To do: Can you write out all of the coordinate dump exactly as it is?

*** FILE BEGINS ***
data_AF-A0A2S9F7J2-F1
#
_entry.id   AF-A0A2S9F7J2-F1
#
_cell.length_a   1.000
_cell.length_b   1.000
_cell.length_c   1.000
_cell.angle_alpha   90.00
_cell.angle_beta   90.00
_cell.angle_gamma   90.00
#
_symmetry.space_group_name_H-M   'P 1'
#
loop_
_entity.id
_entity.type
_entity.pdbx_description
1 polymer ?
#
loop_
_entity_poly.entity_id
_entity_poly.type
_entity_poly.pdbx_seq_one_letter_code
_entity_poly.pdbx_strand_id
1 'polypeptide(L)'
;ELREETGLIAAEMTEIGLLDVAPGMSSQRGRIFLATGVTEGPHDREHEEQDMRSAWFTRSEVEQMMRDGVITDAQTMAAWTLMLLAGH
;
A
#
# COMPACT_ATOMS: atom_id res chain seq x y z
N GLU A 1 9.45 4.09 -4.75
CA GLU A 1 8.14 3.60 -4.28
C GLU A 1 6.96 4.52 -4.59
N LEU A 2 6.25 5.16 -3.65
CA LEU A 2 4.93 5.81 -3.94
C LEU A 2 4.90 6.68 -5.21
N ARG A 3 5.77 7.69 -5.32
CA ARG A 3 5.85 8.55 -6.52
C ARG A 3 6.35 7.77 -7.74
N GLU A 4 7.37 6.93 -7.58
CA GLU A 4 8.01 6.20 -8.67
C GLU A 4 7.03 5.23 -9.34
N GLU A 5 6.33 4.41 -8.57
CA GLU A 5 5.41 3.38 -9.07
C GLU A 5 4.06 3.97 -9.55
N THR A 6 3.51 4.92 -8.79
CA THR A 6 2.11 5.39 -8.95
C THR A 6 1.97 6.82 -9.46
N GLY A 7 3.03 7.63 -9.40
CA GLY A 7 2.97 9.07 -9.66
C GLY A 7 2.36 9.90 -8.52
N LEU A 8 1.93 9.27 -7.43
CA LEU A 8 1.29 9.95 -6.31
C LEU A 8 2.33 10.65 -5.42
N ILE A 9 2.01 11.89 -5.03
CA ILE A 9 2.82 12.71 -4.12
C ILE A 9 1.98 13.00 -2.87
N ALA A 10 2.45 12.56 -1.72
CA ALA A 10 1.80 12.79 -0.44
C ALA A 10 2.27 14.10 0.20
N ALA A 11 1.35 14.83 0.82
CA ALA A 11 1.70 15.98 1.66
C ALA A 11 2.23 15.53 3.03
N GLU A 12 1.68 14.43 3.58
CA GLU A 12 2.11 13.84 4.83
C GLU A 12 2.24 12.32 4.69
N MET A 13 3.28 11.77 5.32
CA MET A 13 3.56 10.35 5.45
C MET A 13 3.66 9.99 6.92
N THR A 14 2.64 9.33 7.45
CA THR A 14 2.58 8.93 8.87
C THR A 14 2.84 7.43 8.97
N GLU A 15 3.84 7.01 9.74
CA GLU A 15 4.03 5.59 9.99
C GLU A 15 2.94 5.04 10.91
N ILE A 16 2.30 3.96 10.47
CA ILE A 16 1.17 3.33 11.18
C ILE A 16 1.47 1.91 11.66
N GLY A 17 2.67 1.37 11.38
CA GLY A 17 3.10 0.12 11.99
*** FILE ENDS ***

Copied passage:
data_AF-A0A2S9F7J2-F1
#
_entry.id   AF-A0A2S9F7J2-F1
#
_cell.length_a   1.000
_cell.length_b   1.000
_cell.length_c   1.000
_cell.angle_alpha   90.00
_cell.angle_beta   90.00
_cell.angle_gamma   90.00
#
_symmetry.space_group_name_H-M   'P 1'
#
loop_
_entity.id
_entity.type
_entity.pdbx_description
1 polymer ?
#
loop_
_entity_poly.entity_id
_entity_poly.type
_entity_poly.pdbx_seq_one_letter_code
_entity_poly.pdbx_strand_id
1 'polypeptide(L)'
;ELREETGLIAAEMTEIGLLDVAPGMSSQRGRIFLATGVTEGPHDREHEEQDMRSAWFTRSEVEQMMRDGVITDAQTMAAWTLMLLAGH
;
A
#
# COMPACT_ATOMS: atom_id res chain seq x y z
N GLU A 1 9.45 4.09 -4.75
CA GLU A 1 8.14 3.60 -4.28
C GLU A 1 6.96 4.52 -4.59
N LEU A 2 6.25 5.16 -3.65
CA LEU A 2 4.93 5.81 -3.94
C LEU A 2 4.90 6.68 -5.21
N ARG A 3 5.77 7.69 -5.32
CA ARG A 3 5.85 8.55 -6.52
C ARG A 3 6.35 7.77 -7.74
N GLU A 4 7.37 6.93 -7.58
CA GLU A 4 8.01 6.20 -8.67
C GLU A 4 7.03 5.23 -9.34
N GLU A 5 6.33 4.41 -8.57
CA GLU A 5 5.41 3.38 -9.07
C GLU A 5 4.06 3.97 -9.55
N THR A 6 3.51 4.92 -8.79
CA THR A 6 2.11 5.39 -8.95
C THR A 6 1.97 6.82 -9.46
N GLY A 7 3.03 7.63 -9.40
CA GLY A 7 2.97 9.07 -9.66
C GLY A 7 2.36 9.90 -8.52
N LEU A 8 1.93 9.27 -7.43
CA LEU A 8 1.29 9.95 -6.31
C LEU A 8 2.33 10.65 -5.42
N ILE A 9 2.01 11.89 -5.03
CA ILE A 9 2.82 12.71 -4.12
C ILE A 9 1.98 13.00 -2.87
N ALA A 10 2.45 12.56 -1.72
CA ALA A 10 1.80 12.79 -0.44
C ALA A 10 2.27 14.10 0.20
N ALA A 11 1.35 14.83 0.82
CA ALA A 11 1.70 15.98 1.66
C ALA A 11 2.23 15.53 3.03
N GLU A 12 1.68 14.43 3.58
CA GLU A 12 2.11 13.84 4.83
C GLU A 12 2.24 12.32 4.69
N MET A 13 3.28 11.77 5.32
CA MET A 13 3.56 10.35 5.45
C MET A 13 3.66 9.99 6.92
N THR A 14 2.64 9.33 7.45
CA THR A 14 2.58 8.93 8.87
C THR A 14 2.84 7.43 8.97
N GLU A 15 3.84 7.01 9.74
CA GLU A 15 4.03 5.59 9.99
C GLU A 15 2.94 5.04 10.91
N ILE A 16 2.30 3.96 10.47
CA ILE A 16 1.17 3.33 11.18
C ILE A 16 1.47 1.91 11.66
N GLY A 17 2.67 1.37 11.38
CA GLY A 17 3.10 0.12 11.99